The Smiths - The Queen is Dead


Jul 15, 2001
The starry attic
The Smiths - The Queen is Dead
WEA 4509918962 1988
By Crumbling Mirth

The Queen is Dead has long been hailed as both The Smiths' crowning achievement and one of the defining and more poignant records of the 80s. And I have reason to buy into the hype given that this record captures Morrissey's vocals at their most passionate, engaging, and sincere, and his lyrics at their most intelligent with songs embracing both the serious side of things and the whimsical with results that are at times heartfelt and at other times humorous. Johnny Marr's axework has always been an integral aspect of The Smiths' sound, and here his contribution is as colourful and energetic as ever. And then there are the songs themselves.

Proceedings commence with the monstrous title track, a song that exudes darkness both musically and through its lyrical content. It begins on a fiery note and doesn't relinquish an inch of its energy throughout its 6 and a half minute playing time. The track concludes with Morrissey repeatedly wailing the line "Life is very long when you're lonely", and the record's tone is subsequently set in stone. Next we have the whimsical "Frankly, Mr. Shankly", a curious 2 minute rant in which Mr. Morrissey feels it his duty to condemn the mysterious Mr. Shankly. "I Know it's Over" is track 3, and a sad, sad song it is. It's slow, sad, brooding, and indulgent. And in the case of The Smiths these qualities are frequently a formula for success. The opening line "Mother I can feel the soil falling over my head" leads us into a very introspective look at an individual's life where vocals are complemented exquisitely by a subtle, restrained guitar line. Other noteworthy tracks include the gorgeous playful acoustic pop of "Cemetry Gates", "Bigmouth Strikes Again" with its memorable lyrics, vocal line and chorus, and "There is a Light that Never Goes Out" which impresses with both its sincerity and lush soundscapes enhanced notably by the dreamy orchestration.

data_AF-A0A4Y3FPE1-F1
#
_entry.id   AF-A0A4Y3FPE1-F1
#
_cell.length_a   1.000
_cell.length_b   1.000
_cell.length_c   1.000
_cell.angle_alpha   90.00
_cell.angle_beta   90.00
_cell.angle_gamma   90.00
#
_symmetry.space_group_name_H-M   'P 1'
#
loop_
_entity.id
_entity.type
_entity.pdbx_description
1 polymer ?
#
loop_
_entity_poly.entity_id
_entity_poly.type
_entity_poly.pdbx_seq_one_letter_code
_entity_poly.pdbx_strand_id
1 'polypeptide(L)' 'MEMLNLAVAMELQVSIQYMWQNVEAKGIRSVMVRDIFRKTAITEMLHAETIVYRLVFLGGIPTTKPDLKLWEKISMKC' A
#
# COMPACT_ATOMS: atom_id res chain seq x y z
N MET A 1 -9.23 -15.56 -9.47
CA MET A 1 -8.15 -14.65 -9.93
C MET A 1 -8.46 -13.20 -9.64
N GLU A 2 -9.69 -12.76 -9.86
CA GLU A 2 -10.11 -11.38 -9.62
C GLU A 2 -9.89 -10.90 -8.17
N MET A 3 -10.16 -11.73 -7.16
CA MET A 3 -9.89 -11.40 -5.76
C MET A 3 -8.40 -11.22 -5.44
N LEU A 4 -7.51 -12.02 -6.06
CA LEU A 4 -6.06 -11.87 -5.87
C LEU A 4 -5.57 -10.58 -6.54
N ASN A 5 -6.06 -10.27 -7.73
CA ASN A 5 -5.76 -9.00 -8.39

"The Queen is Dead" captures the Smiths at their most thoughtful and evocative. It is a record of tremendous depth with musical arrangements that at all times blend powerfully with Morrissey's crooning vocals, which are also at their most potent here.
Someone bought me "the queen is dead" a long time ago, when I was listening to nothing but death metal.
You can imagine my response when I opened the present - but I was told "<i>everyone</i> needs to own this album".

And I wholeheartedly agree - it's one of my favourite albums ever.